We’re now well into the dog days of summer, the hottest,
sultriest time of year when legions of shadeseekers and sunworshippers head to
our local lakes and parks for a dip and a nap. But as you stroll or roll out to
Lost Lake, watch your step… no one wants to preface a swim in the lake with the
inadvertent destruction of baby toads.
Around Lost Lake this time of the year would be better referred
to as the Toad Days of August as the Valley Trail becomes a veritable toad road
as miniature Western Toads make the miraculous transformation from lakebound
tadpole (swimmer) to forest dweller (hiker). In this phase of its life the
juvenile toad is known as a “metamorph.” Although the Western Toad (
) may not be the cutest species using
the Valley Trail this summer, it is a valuable indicator regarding the overall
health of Whistler’s ecosystem and biodiversity, and the presence of Western
Toads indicates good water quality.
To better help understand Whistler’s Western Toad, the
Community Foundation of Whistler, the Resort Municipality of Whistler, and
AWARE supported a one year long research project to learn more about the Lost
Lake population. Researcher Wendy Horan worked to identify migration trends so
efforts can be made in the future to help metamorphs migrate with greater ease.
“Freshly emerged from tadpole phase, the toads are tiny,
usually no bigger than a quarter, and therefore often difficult to see until it
is too late. However, in their congregations it will appear as though the
ground is moving. Remember the saying "there’s safety in numbers"?
The Western Toad has this nailed down. By moving across the landscape in large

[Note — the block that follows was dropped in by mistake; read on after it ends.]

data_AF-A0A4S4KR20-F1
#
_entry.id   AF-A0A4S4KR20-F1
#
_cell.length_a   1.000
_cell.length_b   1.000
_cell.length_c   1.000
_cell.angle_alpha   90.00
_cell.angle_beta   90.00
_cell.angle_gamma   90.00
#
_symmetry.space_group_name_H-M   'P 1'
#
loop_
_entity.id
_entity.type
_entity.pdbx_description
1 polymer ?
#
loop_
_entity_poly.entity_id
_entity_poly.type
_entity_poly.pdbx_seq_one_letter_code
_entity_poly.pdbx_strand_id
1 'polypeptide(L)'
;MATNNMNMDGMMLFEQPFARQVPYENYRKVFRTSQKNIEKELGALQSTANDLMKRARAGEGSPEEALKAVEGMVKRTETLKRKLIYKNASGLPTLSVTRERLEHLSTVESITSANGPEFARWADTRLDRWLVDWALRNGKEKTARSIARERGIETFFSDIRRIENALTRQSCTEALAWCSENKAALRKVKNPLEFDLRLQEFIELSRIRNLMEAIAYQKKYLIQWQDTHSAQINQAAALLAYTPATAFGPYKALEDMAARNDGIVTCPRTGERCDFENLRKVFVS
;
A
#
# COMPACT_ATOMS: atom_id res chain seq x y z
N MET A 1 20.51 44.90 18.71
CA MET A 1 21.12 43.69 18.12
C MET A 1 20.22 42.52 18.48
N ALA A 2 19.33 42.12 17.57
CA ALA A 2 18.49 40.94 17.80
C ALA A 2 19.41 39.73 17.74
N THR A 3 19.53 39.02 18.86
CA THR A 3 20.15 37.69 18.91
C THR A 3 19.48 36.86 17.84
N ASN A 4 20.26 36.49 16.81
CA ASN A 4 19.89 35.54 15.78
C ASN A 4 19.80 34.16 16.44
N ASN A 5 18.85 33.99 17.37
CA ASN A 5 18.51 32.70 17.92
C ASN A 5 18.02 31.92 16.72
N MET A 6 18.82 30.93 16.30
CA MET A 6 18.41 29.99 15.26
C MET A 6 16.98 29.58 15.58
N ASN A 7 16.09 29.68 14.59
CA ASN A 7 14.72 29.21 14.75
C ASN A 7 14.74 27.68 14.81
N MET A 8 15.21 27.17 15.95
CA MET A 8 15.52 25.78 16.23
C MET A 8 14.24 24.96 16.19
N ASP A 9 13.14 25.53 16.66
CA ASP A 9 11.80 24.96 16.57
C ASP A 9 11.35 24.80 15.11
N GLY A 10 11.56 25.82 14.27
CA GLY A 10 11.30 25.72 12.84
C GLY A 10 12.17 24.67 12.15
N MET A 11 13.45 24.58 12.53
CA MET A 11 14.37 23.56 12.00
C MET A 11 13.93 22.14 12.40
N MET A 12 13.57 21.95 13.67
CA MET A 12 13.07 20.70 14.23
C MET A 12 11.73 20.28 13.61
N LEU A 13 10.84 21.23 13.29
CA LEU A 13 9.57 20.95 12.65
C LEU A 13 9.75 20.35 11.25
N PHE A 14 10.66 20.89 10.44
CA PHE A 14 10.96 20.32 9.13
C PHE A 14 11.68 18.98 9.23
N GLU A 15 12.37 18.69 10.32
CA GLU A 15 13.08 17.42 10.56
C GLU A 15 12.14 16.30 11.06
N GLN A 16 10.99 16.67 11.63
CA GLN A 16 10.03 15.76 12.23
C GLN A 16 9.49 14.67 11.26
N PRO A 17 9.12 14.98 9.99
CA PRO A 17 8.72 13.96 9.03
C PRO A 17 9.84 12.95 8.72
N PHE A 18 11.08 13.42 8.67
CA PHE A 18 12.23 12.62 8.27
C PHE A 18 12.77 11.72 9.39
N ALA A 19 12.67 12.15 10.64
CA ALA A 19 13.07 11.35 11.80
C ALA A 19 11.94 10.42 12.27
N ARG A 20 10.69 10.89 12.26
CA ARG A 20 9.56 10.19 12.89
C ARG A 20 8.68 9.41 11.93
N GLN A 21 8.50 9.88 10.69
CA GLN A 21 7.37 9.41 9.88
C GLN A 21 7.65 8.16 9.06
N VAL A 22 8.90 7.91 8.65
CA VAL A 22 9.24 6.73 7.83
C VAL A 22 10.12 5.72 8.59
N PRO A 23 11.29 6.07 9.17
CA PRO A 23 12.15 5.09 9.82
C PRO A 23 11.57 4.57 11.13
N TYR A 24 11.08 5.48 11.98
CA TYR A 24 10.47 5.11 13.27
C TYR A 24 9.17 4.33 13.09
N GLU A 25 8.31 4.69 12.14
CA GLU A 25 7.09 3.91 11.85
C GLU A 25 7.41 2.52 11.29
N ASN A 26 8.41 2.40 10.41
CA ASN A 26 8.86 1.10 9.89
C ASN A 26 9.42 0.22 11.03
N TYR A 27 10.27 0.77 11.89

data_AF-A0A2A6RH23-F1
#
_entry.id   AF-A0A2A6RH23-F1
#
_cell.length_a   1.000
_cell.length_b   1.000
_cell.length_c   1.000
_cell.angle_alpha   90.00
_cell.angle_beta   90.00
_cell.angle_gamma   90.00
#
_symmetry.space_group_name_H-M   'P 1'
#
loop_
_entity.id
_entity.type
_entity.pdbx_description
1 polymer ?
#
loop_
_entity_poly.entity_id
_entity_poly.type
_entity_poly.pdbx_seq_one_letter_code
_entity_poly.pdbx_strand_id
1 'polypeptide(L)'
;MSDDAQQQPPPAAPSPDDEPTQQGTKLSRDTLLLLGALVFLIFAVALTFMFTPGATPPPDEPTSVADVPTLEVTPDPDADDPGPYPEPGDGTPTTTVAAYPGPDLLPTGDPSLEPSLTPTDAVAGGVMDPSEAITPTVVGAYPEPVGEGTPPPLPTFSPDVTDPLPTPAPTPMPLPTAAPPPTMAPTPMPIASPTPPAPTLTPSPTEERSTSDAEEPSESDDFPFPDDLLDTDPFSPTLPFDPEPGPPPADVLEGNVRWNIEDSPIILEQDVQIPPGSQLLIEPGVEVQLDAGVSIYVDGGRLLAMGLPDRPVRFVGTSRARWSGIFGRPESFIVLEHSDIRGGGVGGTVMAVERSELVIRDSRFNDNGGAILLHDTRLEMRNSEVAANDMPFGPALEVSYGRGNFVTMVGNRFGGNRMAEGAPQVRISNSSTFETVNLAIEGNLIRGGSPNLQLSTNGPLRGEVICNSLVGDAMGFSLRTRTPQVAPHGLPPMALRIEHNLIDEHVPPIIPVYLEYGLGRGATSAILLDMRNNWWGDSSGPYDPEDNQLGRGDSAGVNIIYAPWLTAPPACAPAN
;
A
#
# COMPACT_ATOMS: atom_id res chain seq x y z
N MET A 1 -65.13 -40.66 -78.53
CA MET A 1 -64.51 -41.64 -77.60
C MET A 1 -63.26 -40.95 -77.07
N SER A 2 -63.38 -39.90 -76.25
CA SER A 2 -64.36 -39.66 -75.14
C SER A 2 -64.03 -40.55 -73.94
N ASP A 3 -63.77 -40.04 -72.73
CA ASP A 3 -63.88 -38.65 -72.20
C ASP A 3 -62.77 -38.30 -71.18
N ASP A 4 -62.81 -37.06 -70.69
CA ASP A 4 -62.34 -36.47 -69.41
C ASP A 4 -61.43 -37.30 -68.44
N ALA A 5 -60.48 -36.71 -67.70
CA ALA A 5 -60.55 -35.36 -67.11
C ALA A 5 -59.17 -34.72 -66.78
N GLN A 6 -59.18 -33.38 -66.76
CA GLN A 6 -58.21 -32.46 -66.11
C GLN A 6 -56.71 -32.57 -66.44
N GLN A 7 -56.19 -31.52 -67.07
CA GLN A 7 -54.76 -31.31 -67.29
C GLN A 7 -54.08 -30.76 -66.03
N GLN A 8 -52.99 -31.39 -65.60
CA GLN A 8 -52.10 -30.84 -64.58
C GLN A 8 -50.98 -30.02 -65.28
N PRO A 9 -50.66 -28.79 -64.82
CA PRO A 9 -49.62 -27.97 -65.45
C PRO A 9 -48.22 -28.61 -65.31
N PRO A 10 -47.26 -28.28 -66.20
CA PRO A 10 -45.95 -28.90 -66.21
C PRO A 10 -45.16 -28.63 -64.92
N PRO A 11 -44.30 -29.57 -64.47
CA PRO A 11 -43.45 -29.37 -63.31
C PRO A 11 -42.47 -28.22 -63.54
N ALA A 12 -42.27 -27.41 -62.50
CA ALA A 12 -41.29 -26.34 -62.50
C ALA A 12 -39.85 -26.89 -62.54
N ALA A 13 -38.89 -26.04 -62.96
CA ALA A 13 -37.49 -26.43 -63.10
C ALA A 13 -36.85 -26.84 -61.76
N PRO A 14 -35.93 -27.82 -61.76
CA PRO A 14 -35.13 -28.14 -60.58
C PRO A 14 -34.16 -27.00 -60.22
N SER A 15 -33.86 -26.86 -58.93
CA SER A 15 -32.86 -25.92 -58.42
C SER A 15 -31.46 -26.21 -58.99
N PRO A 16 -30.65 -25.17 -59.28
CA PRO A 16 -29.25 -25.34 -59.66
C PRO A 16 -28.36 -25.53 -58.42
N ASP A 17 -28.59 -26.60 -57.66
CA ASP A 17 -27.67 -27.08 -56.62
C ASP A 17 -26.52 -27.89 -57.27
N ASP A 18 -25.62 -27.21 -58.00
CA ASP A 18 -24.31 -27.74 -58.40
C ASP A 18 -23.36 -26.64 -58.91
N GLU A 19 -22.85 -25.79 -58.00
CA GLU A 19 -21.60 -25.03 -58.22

masses more survive into adulthood,” Horan wrote as part of her research.
With the metamorphs most likely emerging from Lost Lake this
week, the tiny toads will be moving across the Valley Trail to enter the forest
for their next life phase. Dedicated volunteers and RMOW staff joined the
Whistler-Blackcomb Habitat Improvement Team (HIT) this past Tuesday to locate
where the western toads were migrating and worked to build a temporary toadlet
underpass to allow hikers and bikers to continue to use the trail system
without trampling toads.
In general, the toad is decreasing across its range and it is
important to acquire as much information as possible to, hopefully, protect the
amphibian and reverse the trend as offspring return to the exact spot they
hatched to lay their eggs. B.C. is now the centre of the Western Toads North
American range as copious habitat disruption in the U.S. has apparently thrown
the population there into a tailspin. It’s equally important to remember to
appreciate the toad and its offspring from a distance. Only then will the
species have a chance of surviving into the near future. These toadlets grow to
maturity in two to three years, and may live 10 years or more.
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